Anxiety: Abstract drowning, with your head just below the surface… but you can’t lift it to breathe.
Most people say that they had no idea that I struggle[d] with anxiety, looking at me now. I’m in a PhD program, an addictions counselor who runs therapy groups with people who are sometimes [understandably] not so happy, and I’m getting teaching experience among countless other things.
I still struggle.
I was out to lunch last Friday before heading over to the drug and alcohol rehabilitation center where I work when the familiar feelings surfaced. I don’t know why. Anxiety is not always rational, though, so there may not have been a “real” reason, but anxiety still feels real. It was not a full blown panic attack or anything close to it, just a resurfacing of some feelings and thoughts I hadn’t felt in a while… let me paint you the picture.
I walk into the diner to meet my friend 10 minutes to 11 am (our meeting time) and she ends up being 20 minutes late. The diner seems especially crowded for the small town that it’s in, and instead of leading me to a booth against the walls, which I would have preferred, the waitress sits me right in the middle of the floor at a two person table. I feel safer with my back against walls/no one behind me. In the middle of the floor wait staff and customers are constantly walking past me. Close. Closed in. Brushing me. My friend being late actually does not upset me at all, but I notice myself become more claustrophobic and almost chuckle to myself: well, this hasn’t happened in a while. I start feeling a little numb in my arms and sort of shaky. My head starts to hurt/feel fuzzy and my mouth is dry. There are SO many loud people in this crowded restaurant. I pull out Man’s Search for Meaning and try to read and can’t concentrate. The waitress mercifully is quick to bring me the water I asked for. I know my anxiety isn’t raising to the level of a panic attack, but the familiar paranoid thoughts start to surface:
- Is anyone looking at me?
- I must look stupid sitting here alone for so long.
- The wait staff is probably getting impatient with me because I haven’t ordered.
- Where should I put my purse? There’s no room for it. The back of my chair looks stupid. Under my chair?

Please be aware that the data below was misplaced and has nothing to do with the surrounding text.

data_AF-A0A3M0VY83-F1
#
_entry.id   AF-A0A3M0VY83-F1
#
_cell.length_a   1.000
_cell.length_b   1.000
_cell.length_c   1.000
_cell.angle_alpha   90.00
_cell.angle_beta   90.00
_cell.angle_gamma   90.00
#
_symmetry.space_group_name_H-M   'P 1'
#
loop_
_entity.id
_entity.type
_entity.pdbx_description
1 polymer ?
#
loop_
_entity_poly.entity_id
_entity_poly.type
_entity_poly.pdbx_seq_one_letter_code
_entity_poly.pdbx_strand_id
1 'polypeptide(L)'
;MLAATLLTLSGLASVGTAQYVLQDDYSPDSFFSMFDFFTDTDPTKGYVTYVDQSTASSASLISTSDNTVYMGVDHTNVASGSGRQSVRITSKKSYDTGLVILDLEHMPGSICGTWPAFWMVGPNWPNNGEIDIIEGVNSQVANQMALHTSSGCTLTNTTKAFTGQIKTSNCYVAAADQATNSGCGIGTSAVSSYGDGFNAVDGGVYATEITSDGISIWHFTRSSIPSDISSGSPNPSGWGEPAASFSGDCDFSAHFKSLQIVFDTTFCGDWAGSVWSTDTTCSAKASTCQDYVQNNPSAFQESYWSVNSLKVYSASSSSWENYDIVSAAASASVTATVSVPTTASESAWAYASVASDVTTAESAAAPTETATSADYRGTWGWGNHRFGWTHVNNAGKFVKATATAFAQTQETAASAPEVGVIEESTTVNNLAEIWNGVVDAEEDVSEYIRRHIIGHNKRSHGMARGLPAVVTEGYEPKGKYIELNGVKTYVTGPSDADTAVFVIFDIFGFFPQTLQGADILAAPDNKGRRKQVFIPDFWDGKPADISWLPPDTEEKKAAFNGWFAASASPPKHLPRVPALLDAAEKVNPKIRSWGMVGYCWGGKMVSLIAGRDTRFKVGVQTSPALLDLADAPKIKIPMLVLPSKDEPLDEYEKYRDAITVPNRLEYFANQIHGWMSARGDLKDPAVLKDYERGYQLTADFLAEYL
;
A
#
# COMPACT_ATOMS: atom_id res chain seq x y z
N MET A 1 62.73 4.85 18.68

- Will those kids shut up?
- Can those women just sit down instead of standing so close to me while they’re waiting for a table?
- I’ll probably end up knocking something off of my table because my hands are shaky.
- My friend probably doesn’t want to meet with me anyway, and that’s why she’s late. She just squeezed me into her schedule but doesn’t really care.
And on and on and on. If you know someone with anxiety, please understand that they are likely aware that the anxious/paranoid thoughts that come along with anxiety are not rational, however, knowing that intellectually does not always help calm the nerves. My advice if you have anxiety is pretty blunt, and you likely won’t enjoy it. But…
YOU CAN’T HIDE.
Don’t stop doing things because you have anxiety (like I used to do). It will only get worse. Force yourself to do regular things. Panic and meltdown in the bathroom and keep it moving. Eventually your body won’t feel as out of control and you’ll actually be able to believe that you’ll survive any attack that might happen. You HAVE to believe that, for any breathing exercise or anything to help you. What I mean is, for me, I had to know that I could survive anything before I could believe that a stupid breathing exercise could give me any relief. I had to “go there” and see the worst of it, before I could even entertain that such a small thing could help me, but it can, and I rarely have to use them anymore. I didn’t even use it last Friday. What I normally do is take deep breaths… really deep breaths… to the point of pain, hold it for five seconds, and repeat until my heart slows down. This might take a while, but it does work, if you BELIEVE it will work. That’s what I am trying to convey. Sometimes you have to drown before you’ll believe you’ll make it through… and yes, I know what actually drowning in water feels like from my childhood and in some ways, panic is similar. You can help yourself though… and not drown just beneath the surface.